June 9th, 2020

A “trip” to the Nutrition 2020 Symposium – what we learned

Last week, our Director of Nutrition, Amanda Karp, attended a virtual 4-day nutrition conference through the American Society of Nutrition. Nutrition 2020 was intended to be held in Seattle, but given the circumstances, it was all done online. The virtual conference counted almost 30,000 viewers, expanding its reach dramatically. It was certainly a new experience for the attendees, but a beneficial one. Here, Amanda shares what she learned for all of you…


As the Director of Nutrition here at F-Factor, it is my responsibility to be at the forefront of nutrition research. This year, major themes included the newer field of personalized genetics-focused nutrition, aka precision nutrition, timing of meals and hormonal balance, and the gut microbiome. Read on to learn about some of the interesting things I discovered!


I often receive questions about timing of meals, and if eating late or shifting meals to an unusual time has a negative effect on weight. While “calories in vs. calories out” is ultimately one of the most important factors in weight management, timing is still crucial. Animal studies show that when mice are fed a high-fat meal during their circadian “rest time” which is actually during the day, they gained a significant amount of weight compared to the group that consumed the same meal during the “active phase” at night. [1]

In humans, it turns out that while eating in tandem with our internal clock/circadian rhythm is important, one of the best determinants of weight gain in relation to meal timing is the “midpoint” meal, which for most would be lunch. According to the researchers, subjects who consumed their midpoint meal after 3 pm experienced slower weight loss compared to those who ate lunch before 3 pm. This effect was persistent over time, even though energy intake was comparable. [2]


Do our genes affect how we process nutrients or pre-determine our weight? Science is certainly pointing that way, but much more research needs to be done before we can definitively make recommendations. Studies in twins have shown that there is still a large amount of variability between genetically identical individuals and their hormonal and metabolic responses to food. [3]

While genetics cannot predict our response to diet with 100% certainty, they can help guide our approach. One interesting example given during this lecture was choline level differences in women. Levels of this essential nutrient can vary greatly in women despite similar intake, and researchers have found that the key is a genetic variant that prevents some women from converting estrogen to a form of choline. Without the gene, choline levels may fall with insufficient intake or supplementation. [4]

So how does this apply to our approach to nutrition recommendations? While there are several genes that have been identified to increase risk factors for obesity, we do not have enough evidence yet to say they are predictive. While more research needs to go into this personalized approach to nutrition, it will definitely have a place in our future recommendations.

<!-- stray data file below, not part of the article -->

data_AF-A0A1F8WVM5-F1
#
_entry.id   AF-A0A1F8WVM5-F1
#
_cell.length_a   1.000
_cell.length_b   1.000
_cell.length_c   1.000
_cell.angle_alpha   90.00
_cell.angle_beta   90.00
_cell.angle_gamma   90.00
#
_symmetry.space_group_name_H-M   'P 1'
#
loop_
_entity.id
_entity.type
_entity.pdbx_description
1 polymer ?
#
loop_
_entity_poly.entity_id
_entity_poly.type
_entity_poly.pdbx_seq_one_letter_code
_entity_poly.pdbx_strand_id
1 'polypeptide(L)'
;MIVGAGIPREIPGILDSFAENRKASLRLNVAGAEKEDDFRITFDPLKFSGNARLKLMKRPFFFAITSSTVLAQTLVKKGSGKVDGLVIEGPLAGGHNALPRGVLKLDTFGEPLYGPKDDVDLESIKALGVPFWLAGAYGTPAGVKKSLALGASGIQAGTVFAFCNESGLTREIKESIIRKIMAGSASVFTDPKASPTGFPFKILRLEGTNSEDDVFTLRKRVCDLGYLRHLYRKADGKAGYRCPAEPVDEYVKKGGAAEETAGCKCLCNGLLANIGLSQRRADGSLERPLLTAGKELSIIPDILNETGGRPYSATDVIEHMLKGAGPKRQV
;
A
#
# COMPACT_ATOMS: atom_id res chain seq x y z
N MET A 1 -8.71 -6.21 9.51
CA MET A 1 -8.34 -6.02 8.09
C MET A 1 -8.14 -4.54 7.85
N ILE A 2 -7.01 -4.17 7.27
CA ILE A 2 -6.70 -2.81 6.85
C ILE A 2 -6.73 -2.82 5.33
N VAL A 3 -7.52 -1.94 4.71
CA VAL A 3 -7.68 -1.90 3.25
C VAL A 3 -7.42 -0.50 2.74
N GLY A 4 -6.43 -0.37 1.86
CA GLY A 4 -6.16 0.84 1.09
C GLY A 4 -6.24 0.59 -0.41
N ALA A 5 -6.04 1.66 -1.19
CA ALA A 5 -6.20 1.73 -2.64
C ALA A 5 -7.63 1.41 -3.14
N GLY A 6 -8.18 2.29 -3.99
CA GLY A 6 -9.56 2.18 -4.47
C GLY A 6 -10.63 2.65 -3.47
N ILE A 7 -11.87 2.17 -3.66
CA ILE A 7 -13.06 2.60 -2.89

Of course, our beloved fiber had to make an appearance on this list! Many lectures confirmed our belief that fiber is truly a miracle carb. Fiber not only contributes to satiety and fullness for weight management but also strengthens the health of the gut microbiome. Fiber resists digestion through the GI tract, remaining virtually intact in the large intestine. It is then fermented by colonic bacteria and converted to short-chain fatty acids, which have many beneficial properties!

Interestingly, prebiotics, which provide “fuel” to keep our gut bacteria healthy, are comprised of more than just fiber. Phenolic compounds, antioxidant-packed micronutrients found in fruits and vegetables, also have similar prebiotic properties and resist digestion early on to provide fuel for gut bacteria. They have been shown to help prevent cardiovascular diseases and lower cholesterol levels through fermentation action in the gut. [5] This may help to inform the future of the prebiotic and probiotic industry, potentially influencing the new trend in functional foods!

Interested in learning more? Tune into my lives in the Official F-Factor Facebook group and Q&A’s on the F-Factor Instagram where I expand on these topics and answer questions about current nutrition research.


  • [1] Arble, Deanna M et al. “Circadian timing of food intake contributes to weight gain.” Obesity (Silver Spring, Md.) vol. 17,11 (2009): 2100-2. doi:10.1038/oby.2009.264
  • [2] Garaulet, M et al. “Timing of food intake predicts weight loss effectiveness.” International journal of obesity (2005) vol. 37,4 (2013): 604-11. doi:10.1038/ijo.2012.229
  • [3] Berry, Sarah et al. “Predicting Personal Metabolic Responses to Food Using Multi-omics Machine Learning in over 1000 Twins and Singletons from the UK and US: The PREDICT I Study (OR31-01-19).” Current Developments in Nutrition.  vol 3, supplement 1. (2019) https://doi.org/10.1093/cdn/nzz037.OR31-01-19
  • [4] da Costa, Kerry-Ann et al. “Common genetic polymorphisms affect the human requirement for the nutrient choline.” FASEB journal : official publication of the Federation of American Societies for Experimental Biology vol. 20,9 (2006): 1336-44. doi:10.1096/fj.06-5734com
  • [5] Macready, Anna L et al. “Flavonoid-rich fruit and vegetables improve microvascular reactivity and inflammatory status in men at risk of cardiovascular disease–FLAVURS: a randomized controlled trial.” The American journal of clinical nutrition vol. 99,3 (2014): 479-89. doi:10.3945/ajcn.113.074237